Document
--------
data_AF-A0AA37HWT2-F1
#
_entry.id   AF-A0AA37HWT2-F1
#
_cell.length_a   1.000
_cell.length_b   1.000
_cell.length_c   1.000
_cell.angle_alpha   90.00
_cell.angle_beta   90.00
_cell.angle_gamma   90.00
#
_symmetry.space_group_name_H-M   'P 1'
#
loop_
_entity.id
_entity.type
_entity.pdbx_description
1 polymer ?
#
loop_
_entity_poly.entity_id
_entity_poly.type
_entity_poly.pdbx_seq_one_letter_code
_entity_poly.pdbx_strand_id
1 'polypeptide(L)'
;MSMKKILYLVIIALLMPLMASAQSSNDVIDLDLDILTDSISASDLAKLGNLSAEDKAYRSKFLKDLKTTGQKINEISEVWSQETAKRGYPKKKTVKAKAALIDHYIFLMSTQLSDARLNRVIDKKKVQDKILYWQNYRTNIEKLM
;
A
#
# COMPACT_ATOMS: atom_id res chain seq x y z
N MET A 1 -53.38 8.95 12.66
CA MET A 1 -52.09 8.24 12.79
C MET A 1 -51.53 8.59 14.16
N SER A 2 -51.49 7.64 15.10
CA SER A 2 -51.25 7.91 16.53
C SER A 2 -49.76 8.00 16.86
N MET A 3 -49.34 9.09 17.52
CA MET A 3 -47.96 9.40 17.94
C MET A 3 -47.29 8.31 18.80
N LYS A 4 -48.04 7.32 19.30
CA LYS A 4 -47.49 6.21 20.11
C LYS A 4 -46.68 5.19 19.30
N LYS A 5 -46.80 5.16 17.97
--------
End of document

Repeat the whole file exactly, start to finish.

data_AF-A0AA37HWT2-F1
#
_entry.id   AF-A0AA37HWT2-F1
#
_cell.length_a   1.000
_cell.length_b   1.000
_cell.length_c   1.000
_cell.angle_alpha   90.00
_cell.angle_beta   90.00
_cell.angle_gamma   90.00
#
_symmetry.space_group_name_H-M   'P 1'
#
loop_
_entity.id
_entity.type
_entity.pdbx_description
1 polymer ?
#
loop_
_entity_poly.entity_id
_entity_poly.type
_entity_poly.pdbx_seq_one_letter_code
_entity_poly.pdbx_strand_id
1 'polypeptide(L)'
;MSMKKILYLVIIALLMPLMASAQSSNDVIDLDLDILTDSISASDLAKLGNLSAEDKAYRSKFLKDLKTTGQKINEISEVWSQETAKRGYPKKKTVKAKAALIDHYIFLMSTQLSDARLNRVIDKKKVQDKILYWQNYRTNIEKLM
;
A
#
# COMPACT_ATOMS: atom_id res chain seq x y z
N MET A 1 -53.38 8.95 12.66
CA MET A 1 -52.09 8.24 12.79
C MET A 1 -51.53 8.59 14.16
N SER A 2 -51.49 7.64 15.10
CA SER A 2 -51.25 7.91 16.53
C SER A 2 -49.76 8.00 16.86
N MET A 3 -49.34 9.09 17.52
CA MET A 3 -47.96 9.40 17.94
C MET A 3 -47.29 8.31 18.80
N LYS A 4 -48.04 7.32 19.30
CA LYS A 4 -47.49 6.21 20.11
C LYS A 4 -46.68 5.19 19.30
N LYS A 5 -46.80 5.16 17.97